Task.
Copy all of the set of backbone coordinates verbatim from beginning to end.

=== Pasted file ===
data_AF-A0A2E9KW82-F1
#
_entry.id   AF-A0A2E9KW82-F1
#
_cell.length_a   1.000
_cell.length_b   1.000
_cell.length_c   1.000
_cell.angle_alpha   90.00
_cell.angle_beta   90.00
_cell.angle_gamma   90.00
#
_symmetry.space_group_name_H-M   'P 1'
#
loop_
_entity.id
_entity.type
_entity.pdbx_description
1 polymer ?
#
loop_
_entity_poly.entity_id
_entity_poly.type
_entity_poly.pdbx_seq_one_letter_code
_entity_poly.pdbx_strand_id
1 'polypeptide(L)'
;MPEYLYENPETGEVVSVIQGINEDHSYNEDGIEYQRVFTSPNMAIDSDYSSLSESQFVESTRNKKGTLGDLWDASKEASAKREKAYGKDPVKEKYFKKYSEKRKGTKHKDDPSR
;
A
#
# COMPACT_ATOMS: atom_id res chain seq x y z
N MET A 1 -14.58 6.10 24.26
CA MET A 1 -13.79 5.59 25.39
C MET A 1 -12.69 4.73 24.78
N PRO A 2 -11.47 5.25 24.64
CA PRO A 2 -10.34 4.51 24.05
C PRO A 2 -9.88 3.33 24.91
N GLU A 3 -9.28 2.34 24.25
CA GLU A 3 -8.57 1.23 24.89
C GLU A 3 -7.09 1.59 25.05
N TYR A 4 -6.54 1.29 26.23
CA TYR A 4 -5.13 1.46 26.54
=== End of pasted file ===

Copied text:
data_AF-A0A2E9KW82-F1
#
_entry.id   AF-A0A2E9KW82-F1
#
_cell.length_a   1.000
_cell.length_b   1.000
_cell.length_c   1.000
_cell.angle_alpha   90.00
_cell.angle_beta   90.00
_cell.angle_gamma   90.00
#
_symmetry.space_group_name_H-M   'P 1'
#
loop_
_entity.id
_entity.type
_entity.pdbx_description
1 polymer ?
#
loop_
_entity_poly.entity_id
_entity_poly.type
_entity_poly.pdbx_seq_one_letter_code
_entity_poly.pdbx_strand_id
1 'polypeptide(L)'
;MPEYLYENPETGEVVSVIQGINEDHSYNEDGIEYQRVFTSPNMAIDSDYSSLSESQFVESTRNKKGTLGDLWDASKEASAKREKAYGKDPVKEKYFKKYSEKRKGTKHKDDPSR
;
A
#
# COMPACT_ATOMS: atom_id res chain seq x y z
N MET A 1 -14.58 6.10 24.26
CA MET A 1 -13.79 5.59 25.39
C MET A 1 -12.69 4.73 24.78
N PRO A 2 -11.47 5.25 24.64
CA PRO A 2 -10.34 4.51 24.05
C PRO A 2 -9.88 3.33 24.91
N GLU A 3 -9.28 2.34 24.25
CA GLU A 3 -8.57 1.23 24.89
C GLU A 3 -7.09 1.59 25.05
N TYR A 4 -6.54 1.29 26.23
CA TYR A 4 -5.13 1.46 26.54